Home Uncategorized Solar System May Soon Have A Ninth Planet. Courtesy: An Advanced Telescope

Solar System May Soon Have A Ninth Planet. Courtesy: An Advanced Telescope


Solar System May Soon Have A Ninth Planet. Courtesy: An Advanced Telescope

The Vera C Rubin Observatory in Chile

For almost a decade, astronomers have been searching the outer solar system, looking for signs of a ninth planet. Their search may soon come to an end, courtesy of a state-of-the-art telescope, which will begin scanning the sky next year.

The Vera C Rubin Observatory in Chile, which is set to open in 2025, may finally help scientists find Planet Nine within the next few years, experts told Live Science.

Over the past few years, astronomers have proposed that a ninth world, nicknamed “Planet Nine”, could be hiding in the far reaches of our cosmic neighbourhood.

Planet Nine is sometimes called Planet X. About Planet X, scientists believe it is a gas or ice giant billions of miles away from the rest of the planets.

With the help of the state-of-the-art telescope, Planet Nine could be found within the next two years, Mike Brown, an astronomer who proposed the Planet Nine hypothesis along with a colleague, told Live Science.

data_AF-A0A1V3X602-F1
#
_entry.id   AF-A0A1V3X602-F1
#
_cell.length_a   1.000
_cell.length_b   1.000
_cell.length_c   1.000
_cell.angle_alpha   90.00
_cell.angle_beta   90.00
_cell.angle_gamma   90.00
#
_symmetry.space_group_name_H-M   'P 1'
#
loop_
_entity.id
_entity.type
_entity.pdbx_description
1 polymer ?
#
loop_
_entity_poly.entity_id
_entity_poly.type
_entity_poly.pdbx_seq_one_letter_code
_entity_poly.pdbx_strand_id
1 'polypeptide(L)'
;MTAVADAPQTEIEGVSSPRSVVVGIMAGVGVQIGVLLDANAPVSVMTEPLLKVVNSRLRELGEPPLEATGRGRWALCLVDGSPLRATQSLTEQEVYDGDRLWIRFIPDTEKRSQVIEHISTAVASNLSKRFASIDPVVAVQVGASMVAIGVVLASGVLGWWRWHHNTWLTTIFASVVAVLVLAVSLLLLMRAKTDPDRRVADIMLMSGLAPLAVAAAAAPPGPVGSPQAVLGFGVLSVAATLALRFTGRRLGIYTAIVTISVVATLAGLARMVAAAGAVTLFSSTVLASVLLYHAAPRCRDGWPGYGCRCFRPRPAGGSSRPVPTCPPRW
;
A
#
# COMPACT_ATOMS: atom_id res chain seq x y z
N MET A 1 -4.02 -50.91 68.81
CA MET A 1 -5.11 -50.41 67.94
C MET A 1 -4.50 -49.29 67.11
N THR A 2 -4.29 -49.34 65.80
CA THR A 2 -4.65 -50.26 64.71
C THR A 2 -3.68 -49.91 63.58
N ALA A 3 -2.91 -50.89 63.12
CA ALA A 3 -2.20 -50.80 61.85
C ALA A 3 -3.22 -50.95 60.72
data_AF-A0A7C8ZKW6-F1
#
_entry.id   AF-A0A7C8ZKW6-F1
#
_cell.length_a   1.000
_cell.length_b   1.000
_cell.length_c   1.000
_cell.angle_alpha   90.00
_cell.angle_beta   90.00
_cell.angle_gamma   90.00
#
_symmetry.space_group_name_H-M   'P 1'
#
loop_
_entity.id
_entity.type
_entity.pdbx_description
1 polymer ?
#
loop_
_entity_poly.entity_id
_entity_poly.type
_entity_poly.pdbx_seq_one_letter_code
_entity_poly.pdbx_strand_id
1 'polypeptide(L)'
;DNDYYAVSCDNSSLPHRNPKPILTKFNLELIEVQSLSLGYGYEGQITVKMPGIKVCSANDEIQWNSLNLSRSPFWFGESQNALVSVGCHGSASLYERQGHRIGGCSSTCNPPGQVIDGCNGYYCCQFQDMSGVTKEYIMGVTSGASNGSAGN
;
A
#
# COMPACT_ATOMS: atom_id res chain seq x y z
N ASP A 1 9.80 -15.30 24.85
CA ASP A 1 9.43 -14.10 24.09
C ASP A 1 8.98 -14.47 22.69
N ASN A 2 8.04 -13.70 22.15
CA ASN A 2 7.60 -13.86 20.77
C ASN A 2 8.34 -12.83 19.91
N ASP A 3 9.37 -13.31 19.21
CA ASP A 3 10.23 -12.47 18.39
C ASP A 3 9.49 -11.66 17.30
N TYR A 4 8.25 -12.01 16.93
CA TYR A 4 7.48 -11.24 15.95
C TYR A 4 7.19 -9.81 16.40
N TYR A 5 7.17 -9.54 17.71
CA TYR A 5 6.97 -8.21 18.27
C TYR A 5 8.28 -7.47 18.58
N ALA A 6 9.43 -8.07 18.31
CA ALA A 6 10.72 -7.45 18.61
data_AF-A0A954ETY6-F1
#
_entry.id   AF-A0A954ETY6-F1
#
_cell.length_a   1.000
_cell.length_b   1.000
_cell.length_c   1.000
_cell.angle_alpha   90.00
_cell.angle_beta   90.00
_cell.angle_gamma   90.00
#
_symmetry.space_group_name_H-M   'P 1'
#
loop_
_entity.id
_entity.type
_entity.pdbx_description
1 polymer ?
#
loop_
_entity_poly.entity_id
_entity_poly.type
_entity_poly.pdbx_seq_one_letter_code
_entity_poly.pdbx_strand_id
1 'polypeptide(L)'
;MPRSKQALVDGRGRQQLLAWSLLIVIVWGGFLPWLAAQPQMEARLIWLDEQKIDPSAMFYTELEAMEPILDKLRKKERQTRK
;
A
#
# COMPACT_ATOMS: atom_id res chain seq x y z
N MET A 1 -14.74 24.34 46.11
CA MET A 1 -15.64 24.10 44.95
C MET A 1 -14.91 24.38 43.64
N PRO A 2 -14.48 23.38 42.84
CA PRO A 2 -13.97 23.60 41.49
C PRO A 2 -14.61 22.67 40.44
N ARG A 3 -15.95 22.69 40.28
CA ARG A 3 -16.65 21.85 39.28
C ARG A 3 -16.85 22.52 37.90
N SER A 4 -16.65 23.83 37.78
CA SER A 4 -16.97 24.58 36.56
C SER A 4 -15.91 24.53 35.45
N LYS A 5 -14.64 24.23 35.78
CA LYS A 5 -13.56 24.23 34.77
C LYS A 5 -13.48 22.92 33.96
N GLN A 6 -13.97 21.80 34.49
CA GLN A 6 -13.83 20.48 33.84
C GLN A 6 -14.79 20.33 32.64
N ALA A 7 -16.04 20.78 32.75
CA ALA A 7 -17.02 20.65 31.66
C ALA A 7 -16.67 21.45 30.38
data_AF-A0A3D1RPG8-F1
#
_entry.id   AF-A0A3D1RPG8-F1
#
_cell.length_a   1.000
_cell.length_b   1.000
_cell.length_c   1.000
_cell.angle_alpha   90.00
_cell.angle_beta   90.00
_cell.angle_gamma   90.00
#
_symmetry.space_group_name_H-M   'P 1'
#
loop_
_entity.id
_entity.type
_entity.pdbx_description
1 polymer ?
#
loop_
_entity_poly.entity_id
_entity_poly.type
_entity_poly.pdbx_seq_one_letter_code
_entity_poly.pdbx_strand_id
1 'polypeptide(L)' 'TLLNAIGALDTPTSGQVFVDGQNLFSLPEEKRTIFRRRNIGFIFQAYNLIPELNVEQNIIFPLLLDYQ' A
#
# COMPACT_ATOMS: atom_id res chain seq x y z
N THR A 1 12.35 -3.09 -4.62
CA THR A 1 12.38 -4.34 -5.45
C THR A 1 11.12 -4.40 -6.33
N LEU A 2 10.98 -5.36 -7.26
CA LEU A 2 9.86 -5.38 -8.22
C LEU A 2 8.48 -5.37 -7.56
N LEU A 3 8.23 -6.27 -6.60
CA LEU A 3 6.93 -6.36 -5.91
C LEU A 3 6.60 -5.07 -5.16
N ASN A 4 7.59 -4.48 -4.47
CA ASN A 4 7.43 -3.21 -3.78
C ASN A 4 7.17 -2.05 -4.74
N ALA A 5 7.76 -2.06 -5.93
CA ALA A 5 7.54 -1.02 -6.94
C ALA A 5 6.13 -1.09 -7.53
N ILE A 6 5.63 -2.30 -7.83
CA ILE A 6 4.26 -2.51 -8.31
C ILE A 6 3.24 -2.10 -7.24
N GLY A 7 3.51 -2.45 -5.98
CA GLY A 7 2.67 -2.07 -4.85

The size of a small car and weighing 2.8 metric tons, the sophisticated piece of equipment will reveal views of the cosmos as never before. 

The $800 million camera will snap its first photos beginning in early 2025 and the machine will sweep the sky every three days, allowing scientists to reach new heights in their galactic analyses.

ALSO READ | There’s A 72% Chance That An Asteroid May Hit Earth On This Exact Day

According to NASA, the composition of Planet X is like Neptune, but its mass could be 10 times that of Earth.

The US space agency also claimed that Planet X “may take between 10,000 and 20,000 Earth years” to complete an orbit around the sun.

This hypothetical Neptune-sized planet orbits the Sun in a highly elongated orbit far beyond Pluto, the report said.

Jim Green, director of NASA’s Planetary Science Division, said that the possibility of a new planet is an exciting one for science.

“This is not, however, the detection or discovery of a new planet. It’s too early to say with certainty there’s a so-called Planet X,” Mr Green said, adding it is an early prediction based on modelling from limited observations.

“It’s the start of a process that could lead to an exciting result,” he further said.

The solar system currently consists of eight planets — Mercury, Venus, Earth, Mars, Jupiter, Saturn, Uranus and Neptune.

Pluto was the ninth planet of the solar system before it was demoted from full planetary status to “dwarf planet” in 2006.

Source link


Please enter your comment!
Please enter your name here